Thursday, April 27, 2006

Biggest Loser Here I Come...

Well folks, I did it. For the first time since junior high, I stepped on the scale today and weighed less than 200 pounds. While 199 it may not seem significant to most of my readers (both of you), I haven't been below 200 pounds since I was in junior high. DW (Dear Wife) has never known me when I've been below 200 until now. I'm not an overly emotional man, but I swear to you that I almost started crying this morning when I saw that old scale of mine tip below the deuce mark.

For those of you that don't know, on February 6, 2006 at 250 pounds, I (along with DW) started doing Weight Watchers. Although DW was the only one of us that actually went to the meetings, we both began a lifestyle change that now (almost three months and 75 pounds later) we both feel is a lifestyle we can maintain for quite a while.

A lot of people have asked me what we've been doing to lose so much weight so quickly. So for the sake of not having to repeat the same story over and over again, I have decided to include a step by step recount right here on this blog for the whole world to read once and for all.

First of all, I started paying attention to the point value (calories/fat/fiber) of everything I put in my mouth and didn't eat anything that wasn't point worthy. At 250 pounds I was allowed to eat 28 points per day plus another 35 points per week to use at my discretion. The beauty of Weight Watchers is that you can eat whatever you want as long as you don't exceed your daily point value. Although there were certain foods I had to start eating smaller portions of, this part of it was really not that difficult to me (AND I REALLY LOVE TO EAT). Some might think it would be really difficult to keep track of how many points you're eating, but it's really not. As creatures of habit, there are really just a very small handful of things that any of us ever eat anyway and once you learn the point values of those foods, "counting points" becomes almost second nature. The bottom line is that if you really want to do something bad enough, you will be willing to make a few sacrifices along the way. In my case, I really wanted to lose weight so when it came time to visit my favorite Mexican restaurant, I didn't have that hard of time ordering the chicken taco salad and only eating a small plateful of chips and salsa instead of getting my normal chicken enchiladas, two baskets of chips, cheese dip, and tortillas.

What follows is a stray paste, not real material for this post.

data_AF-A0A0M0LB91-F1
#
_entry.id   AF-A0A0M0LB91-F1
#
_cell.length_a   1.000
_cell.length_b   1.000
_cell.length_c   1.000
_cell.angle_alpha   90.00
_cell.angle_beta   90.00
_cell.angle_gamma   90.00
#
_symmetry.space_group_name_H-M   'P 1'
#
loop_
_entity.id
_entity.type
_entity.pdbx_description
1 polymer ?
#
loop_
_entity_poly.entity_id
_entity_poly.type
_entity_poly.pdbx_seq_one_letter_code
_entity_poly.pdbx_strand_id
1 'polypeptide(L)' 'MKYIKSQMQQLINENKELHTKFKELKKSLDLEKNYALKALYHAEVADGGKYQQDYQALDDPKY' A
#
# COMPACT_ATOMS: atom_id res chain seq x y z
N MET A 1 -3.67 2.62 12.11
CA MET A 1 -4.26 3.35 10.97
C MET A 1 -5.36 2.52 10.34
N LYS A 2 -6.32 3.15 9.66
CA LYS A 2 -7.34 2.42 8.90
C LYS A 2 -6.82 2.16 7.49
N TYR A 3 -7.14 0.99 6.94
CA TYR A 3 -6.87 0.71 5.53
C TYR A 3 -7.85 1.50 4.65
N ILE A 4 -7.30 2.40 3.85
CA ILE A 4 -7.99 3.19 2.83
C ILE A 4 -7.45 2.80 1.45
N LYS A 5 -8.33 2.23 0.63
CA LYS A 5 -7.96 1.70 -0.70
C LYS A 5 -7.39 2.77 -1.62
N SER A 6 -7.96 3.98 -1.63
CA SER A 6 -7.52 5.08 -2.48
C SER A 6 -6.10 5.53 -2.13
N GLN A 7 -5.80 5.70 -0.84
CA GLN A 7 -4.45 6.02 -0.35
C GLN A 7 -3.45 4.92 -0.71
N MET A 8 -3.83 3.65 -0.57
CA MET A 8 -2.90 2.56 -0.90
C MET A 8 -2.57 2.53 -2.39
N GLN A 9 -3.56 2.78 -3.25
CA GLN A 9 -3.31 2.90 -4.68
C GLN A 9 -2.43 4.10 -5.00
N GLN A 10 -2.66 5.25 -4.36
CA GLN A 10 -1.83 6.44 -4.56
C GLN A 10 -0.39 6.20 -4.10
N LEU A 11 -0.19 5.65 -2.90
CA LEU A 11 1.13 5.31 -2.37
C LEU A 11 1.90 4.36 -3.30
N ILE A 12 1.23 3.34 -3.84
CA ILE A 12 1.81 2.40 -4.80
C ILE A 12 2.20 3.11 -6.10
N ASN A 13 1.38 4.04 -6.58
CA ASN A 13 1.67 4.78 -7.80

Second... and this one is huge... before February 6, I was drinking around 12 to 24 ounces a day of either Dr. Pepper, sweet or flavored tea, or some other sugar enhanced drink and NO water. Since February 6, I have had around 12 ounces of Dr. Pepper and around 24 ounces of sweet or flavored tea... TOTAL, and my water intake has increased from ZERO ounces per day to anywhere between 80 and 120 ounces per day. This made a huge and immediate impact on my weight loss. If you are "addicted" to caffeine or Coke or Diet Pepsi and you are using the fear of potential headaches as a crutch, let me just encourage you to give it up for a month and see what happens. You might get a few headaches at the start, but what you'll find (if you drink enough water) is that you will start feeling better than you've ever felt in your entire life once you start drinking enough water. I really think that proper water intake is something most people on a "diet" overlook and I think that's a shame. Once again, it may be a sacrifice for you to give up your daily trips to Sonic or Starbucks for your Route 44 or Double Mocha; if you really want to be healthy you will make it work. One side note, for those of you who have a weight problem because you don't ever feel full (MOST OF YOU), there's really nothing quite like drinking 64 ounces of water to make you stop feeling hungry.

Third... because I have bad knees and running is very painful on joints, on February 6, I got on an elliptical machine and did 10 minutes of strenuous ellipticizing. For the next few weeks, I worked myself up to 20 minutes and have done at least 20 minutes a day, five or six days a week, since that time. Don't feel like you have to devote an hour a day to working out in order to lose weight and be healthy. There are very few days when I spend more than 20 minutes exercising. As long as you are eating right, 20 minutes a day of good moderate intensity (makes you sweat, but your breathing is light enough that you can still have a conversation with the person next to you) cardiovascular exercise will do the trick. If you think you don't have time to spend 20 minutes a day investing in your health, I beg to disagree. If it's something that is important to you, you will make time. I'm a full-time graduate student working two full-time jobs, with a wife and (at least what I consider to be) a pretty healthy social life. If I can find the time to spend 20 minutes a day, five or six day a week, so can you. No more excuses.

To sum all that up, and I won't even charge you...

1. Switch from white to wheat bread. Switch from mayonnaise to mustard. Eat less cheese and red meats and more fiber, fruits, vegetables, fish, and chicken. Take time to figure out how many points are in a particular meal... a salad with egg, cheese, ham, and ranch dressing has just as many points as a pork chop or chicken breast plus broccoli, a roll, and a baked potatoes with a table spoon of butter and sour cream.

2. Stop drinking so much sugar and start drinking at least half your body weight in ounces in water every day. Your body will have a much easier time burning fat if it doesn't have to burn off all that excess glucose first.
3. Spend 20 minutes a day doing something that makes you sweat.

Just in case you're wondering what I looked and look like... here you go:

Before...... and...... After

No comments:

Post a Comment